The recently developed mechanoelastic model is applied to characterize the thermal transition in spin-crossover complexes, with special attention given to the case of spin-crossover nanoparticles. In a two-dimensional system, hexagonal-shaped samples with open boundary conditions are composed of individual molecules that are linked by springs and can switch between two states, namely, the high-spin (HS) and the low-spin (LS) states. The switching of an individual molecule during the spin transition is decided by way of a Monte Carlo standard procedure, using transition probabilities depending on the temperature, the energy gap between the two states, the enthalpy difference, the degeneracy ratio, and the local pressure determined by the elongation or compression of its closest springs. The influence of external parameters, such as temperature sweeping rate and pressure, or intrinsic features of the system, such as the value of its spring constant, on the width of the thermal hysteresis, its shape, and its position are discussed. The particular case of spin-crossover nanoparticles is treated by considering them embedded into a polymer environment, which essentially affects the molecules situated at the edges and faces by decreasing their transition probabilities from HS to LS. Finally, the pressure hysteresis, obtained by varying the external pressure at constant temperature is discussed.
In this paper we use a recently proposed elastic model in order to study the competition between linear photoexcitation and cooperative relaxation in spin-crossover molecular magnets. The difference in molecular size between the two possible spin states, that is, the high-spin and the low-spin states, respectively, induces distortions of the crystal lattice. These determine the elastic interactions between molecules, treated here as connecting springs that are either compressed or extended from their equilibrium length, thus modulating the local probability for the high-spin→low-spin relaxation. The crossover of individual molecules within the lattice is checked by a standard Monte Carlo procedure. Using very simple assumptions and a minimum number of parameters, photoexcitation curves and hysteresis loops under continuous irradiation below the thermal transition temperature can thus be simulated. The formation of clusters is analyzed and the presence of inhomogeneities in the system is investigated.
In this paper we study the cluster formation and evolution in spin crossover systems during the thermal transition in the frame of a mechano-elastic model applied to open boundary hexagonal lattices. The switching processes between the high-spin (HS) and low-spin (LS) state are studied by a method combining a Monte Carlo standard procedure on the spin state and the lattice relaxation. In the present study, we adopt the transition probabilities of the spin state taking into account the energy gap between the two states, the degeneracy ratio and the local pressure determined by the elongations of the closest springs. It is found that clusters of molecules in the same state tend to grow starting from corners, as in available experimental data. Some qualitative differences between the processes of cluster formation for the two hysteresis branches, i.e., HS to LS and LS to HS are pointed out. Moreover, we have studied the dependence of cluster formation on the strength of the elastic interactions, and also on the system size. The size dependence of the ratio between the system size and the maximum cluster length is very weak, which indicates the appearance of macroscopic domains.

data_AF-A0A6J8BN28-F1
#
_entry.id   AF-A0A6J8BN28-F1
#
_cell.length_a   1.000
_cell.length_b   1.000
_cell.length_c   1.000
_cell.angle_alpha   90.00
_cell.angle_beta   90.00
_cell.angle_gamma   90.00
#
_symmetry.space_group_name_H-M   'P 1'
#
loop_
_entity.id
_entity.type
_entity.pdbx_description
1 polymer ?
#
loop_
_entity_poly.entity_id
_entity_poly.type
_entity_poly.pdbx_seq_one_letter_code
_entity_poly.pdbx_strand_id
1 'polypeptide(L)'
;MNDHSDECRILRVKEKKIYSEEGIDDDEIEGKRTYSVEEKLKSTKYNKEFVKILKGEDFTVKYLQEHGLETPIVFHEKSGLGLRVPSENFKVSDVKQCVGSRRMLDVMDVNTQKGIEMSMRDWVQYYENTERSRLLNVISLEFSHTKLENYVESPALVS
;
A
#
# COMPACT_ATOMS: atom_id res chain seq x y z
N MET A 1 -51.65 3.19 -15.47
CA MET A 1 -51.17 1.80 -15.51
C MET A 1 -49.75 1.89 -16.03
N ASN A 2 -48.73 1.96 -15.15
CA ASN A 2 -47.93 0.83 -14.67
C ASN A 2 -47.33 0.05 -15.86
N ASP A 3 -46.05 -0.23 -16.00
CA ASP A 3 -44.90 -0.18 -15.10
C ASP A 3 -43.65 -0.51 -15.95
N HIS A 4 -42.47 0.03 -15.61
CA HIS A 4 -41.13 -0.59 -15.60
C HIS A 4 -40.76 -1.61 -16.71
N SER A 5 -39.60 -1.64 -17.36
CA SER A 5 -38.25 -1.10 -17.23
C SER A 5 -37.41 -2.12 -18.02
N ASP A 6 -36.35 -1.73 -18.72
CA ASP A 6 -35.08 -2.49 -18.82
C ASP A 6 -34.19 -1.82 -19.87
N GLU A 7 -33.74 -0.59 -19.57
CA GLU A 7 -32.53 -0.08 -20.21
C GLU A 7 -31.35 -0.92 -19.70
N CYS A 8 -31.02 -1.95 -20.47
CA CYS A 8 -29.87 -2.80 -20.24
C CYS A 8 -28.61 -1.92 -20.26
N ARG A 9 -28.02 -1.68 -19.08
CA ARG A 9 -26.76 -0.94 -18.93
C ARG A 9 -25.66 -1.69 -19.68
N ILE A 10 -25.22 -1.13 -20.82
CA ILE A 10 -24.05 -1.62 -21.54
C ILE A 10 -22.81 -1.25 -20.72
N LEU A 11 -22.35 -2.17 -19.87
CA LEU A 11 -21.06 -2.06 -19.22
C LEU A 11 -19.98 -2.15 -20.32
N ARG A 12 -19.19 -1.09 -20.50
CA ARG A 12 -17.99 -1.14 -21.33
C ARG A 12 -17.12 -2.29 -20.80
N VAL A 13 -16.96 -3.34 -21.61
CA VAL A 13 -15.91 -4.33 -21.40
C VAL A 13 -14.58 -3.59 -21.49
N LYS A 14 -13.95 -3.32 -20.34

The synthesis and structural characterization of a tetrathiafulvalene-fused perylenediimide molecular dyad is presented. Its largely extendedπ-conjugation provides intense optical absorption bands over a wide spectral range. The planar functional molecule exhibits a short-livednonluminescent excited state attributed to intramolecular charge separation.
The compound of stoichiometry Mn(II)3[Mn(III)(CN)6]2·zH2O (z = 12−16) (1) forms air-stable, transparent red crystals. Low-temperature single crystal optical spectroscopy and single crystal X-ray diffraction provide compelling evidence for N-bonded high-spin manganese(II), and C-bonded low-spin manganese(III) ions arranged in a disordered, face-centered cubic lattice analogous to that of Prussian Blue. X-ray and neutron diffraction show structured diffuse scattering indicative of partially correlated (rather than random) substitutions of [Mn(III)(CN)6] ions by (H2O)6 clusters. Magnetic susceptibility measurements and elastic neutron scattering experiments indicate a ferrimagnetic structure below the critical temperature Tc = 35.5 K.